America Should Not Cheer on an India-China Fight
Still, the report is not all gloomy and there seems to even be some decent progress. Since the management of the port changed hands from a Singaporean owner to Chinese management, the article claims that all new equipment and machinery has been installed, including cranes, forklifts and trucks for hauling the containers. Up to now, most of Gwadar’s trade is with Pakistan’s most populous city of Karachi, which is 600 km away along a coastal highway. The planned handling capacity of the new port, at 3–400 million tons, apparently amounts to ten times that of Karachi, however, and is said to be equivalent to all of India’s ports combined. A new desalination plant is reported to be up and running to provide for the port’s basic fresh water requirements. That plant is also said to distribute some of that precious resource to nearby residents free of charge [向附近居民免费分发淡水]. Much more fresh water is needed, but another benefit to locals, according to this Chinese rendering, will be the opportunity for Pakistanis to develop training and experience in modern port operations. Perhaps most impressive in this report, however, is the interesting detail that a convoy of sixty-plus trucks rumbled down the 3,115 km road journey from Kashgar in the Chinese province of Xinjiang [中国新疆的喀什] to Gwadar in fifteen days during November 2016. With export products destined for Africa and the Middle East, this convoy apparently signifies that the China-Pakistan Economic Corridor “has been realized” [变为现实]. For China, there are the benefits that Pakistan has valuable resources in its own right, such as a major cotton export industry, or the opportunity to gain tax and tariff advantages. But the most tantalizing dream for Beijing is that coveted energy resources will be shipped almost directly via Gwadar through pipelines from the Persian Gulf into western China. [ . . . 从波斯湾地区进口的原油和天然气直接从瓜达尔登陆或直接通过管道运往 . . . 中国西部].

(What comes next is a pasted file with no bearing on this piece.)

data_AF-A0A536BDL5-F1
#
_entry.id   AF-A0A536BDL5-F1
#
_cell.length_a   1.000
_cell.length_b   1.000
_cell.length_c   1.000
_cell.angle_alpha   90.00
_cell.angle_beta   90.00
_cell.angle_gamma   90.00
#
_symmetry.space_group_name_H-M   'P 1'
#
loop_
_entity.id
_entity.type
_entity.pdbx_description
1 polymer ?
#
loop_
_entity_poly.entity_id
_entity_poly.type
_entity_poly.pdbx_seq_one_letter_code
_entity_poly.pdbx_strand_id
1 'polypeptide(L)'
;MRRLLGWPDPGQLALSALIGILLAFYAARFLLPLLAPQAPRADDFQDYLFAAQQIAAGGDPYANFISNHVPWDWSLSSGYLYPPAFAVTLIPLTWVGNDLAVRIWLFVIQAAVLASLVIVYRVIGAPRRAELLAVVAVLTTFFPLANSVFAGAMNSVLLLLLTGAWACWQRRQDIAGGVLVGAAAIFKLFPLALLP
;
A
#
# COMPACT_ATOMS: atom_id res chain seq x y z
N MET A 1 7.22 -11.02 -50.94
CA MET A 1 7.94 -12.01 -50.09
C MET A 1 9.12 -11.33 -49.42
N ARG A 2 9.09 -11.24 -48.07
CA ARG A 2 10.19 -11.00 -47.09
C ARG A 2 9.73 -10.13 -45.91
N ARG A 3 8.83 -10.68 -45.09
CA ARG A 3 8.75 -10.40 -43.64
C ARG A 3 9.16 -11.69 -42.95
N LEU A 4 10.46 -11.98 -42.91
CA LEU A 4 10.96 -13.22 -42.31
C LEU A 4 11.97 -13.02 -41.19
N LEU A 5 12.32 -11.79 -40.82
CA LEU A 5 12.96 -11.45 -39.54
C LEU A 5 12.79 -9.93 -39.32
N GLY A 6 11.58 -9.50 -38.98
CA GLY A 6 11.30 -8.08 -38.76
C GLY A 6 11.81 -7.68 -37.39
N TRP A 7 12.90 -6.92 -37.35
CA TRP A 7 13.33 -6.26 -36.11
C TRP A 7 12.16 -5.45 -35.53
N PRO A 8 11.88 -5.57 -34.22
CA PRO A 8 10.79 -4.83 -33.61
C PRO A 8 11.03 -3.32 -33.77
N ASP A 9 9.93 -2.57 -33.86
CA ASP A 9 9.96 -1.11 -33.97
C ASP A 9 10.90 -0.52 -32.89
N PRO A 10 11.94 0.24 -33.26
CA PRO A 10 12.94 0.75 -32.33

Even as China and India once more come nose to nose and eyeball to eyeball across the forbidding glaciers of the high Himalayas, the United States must resist the temptation to pour gasoline on this potentially dangerous conflagration even though more than a few U.S. (and global) arms merchants would benefit from the intensification of Sino-Indian military rivalry. Nor do more bombs and special forces for Afghanistan portend any particular progress. Indeed, the inclination in Washington to blame all of Afghanistan’s troubles on Pakistan is extremely unlikely to resolve any fundamental strategic issues and may well make the overall strategic situation highly combustible. On the other hand, China’s “Belt and Road” holds out the promise of genuine developmental progress for both Afghanistan and especially Pakistan, as discussed above. The Chinese Ambassador to Islamabad from 2002–07, Zhang Chunxiang, is quoted in the Caijing article as follows: “From 2002 to the current day . . . China has pursued commercial goals in Gwadar and there is not a single [Chinese] document to demonstrate the intention to convert Gwadar into a military port.” But whether or not Ambassador Zhang is believed or not, there is actually nothing especially alarming about the PLA Navy having a foothold near Hormuz anyways. Even the most truculent China hawks must concede that Beijing has legitimate security interests in this region.
A more mature and forward-looking approach is badly needed. That is not one that seeks to plunder Afghanistan’s mineral wealth to pay for a failed war—a farcical line of argumentation that recalls the fantasy of using Iraqi oil to compensate the United States for trillions squandered in Middle East quicksand. Rather, a responsible policy for Central and South Asia that respects the reality of limited U.S. resources (and patience) would finally withdraw all forces from Afghanistan and initiate a major effort to bring about confidence-building measures to improve the climate of relations between Beijing and New Delhi. These could involve prior notification agreements concerning major military exercises or deployments of naval task groups into sensitive areas, as well as restraint in selling arms.
Most critically, the new approach would accept and even embrace the long-time, but now blossoming, China-Pakistan partnership as revealed in the discussion above of Gwadar’s difficult, but steady development. Such an acceptance would be built on the stark logic that Washington and New Delhi have much to lose if Pakistan slips into violent chaos or radicalism. They each have significant gripes with Islamabad (and Beijing), to be sure. But seen in a larger context, they both also have much to gain from a more stable and prosperous Pakistan.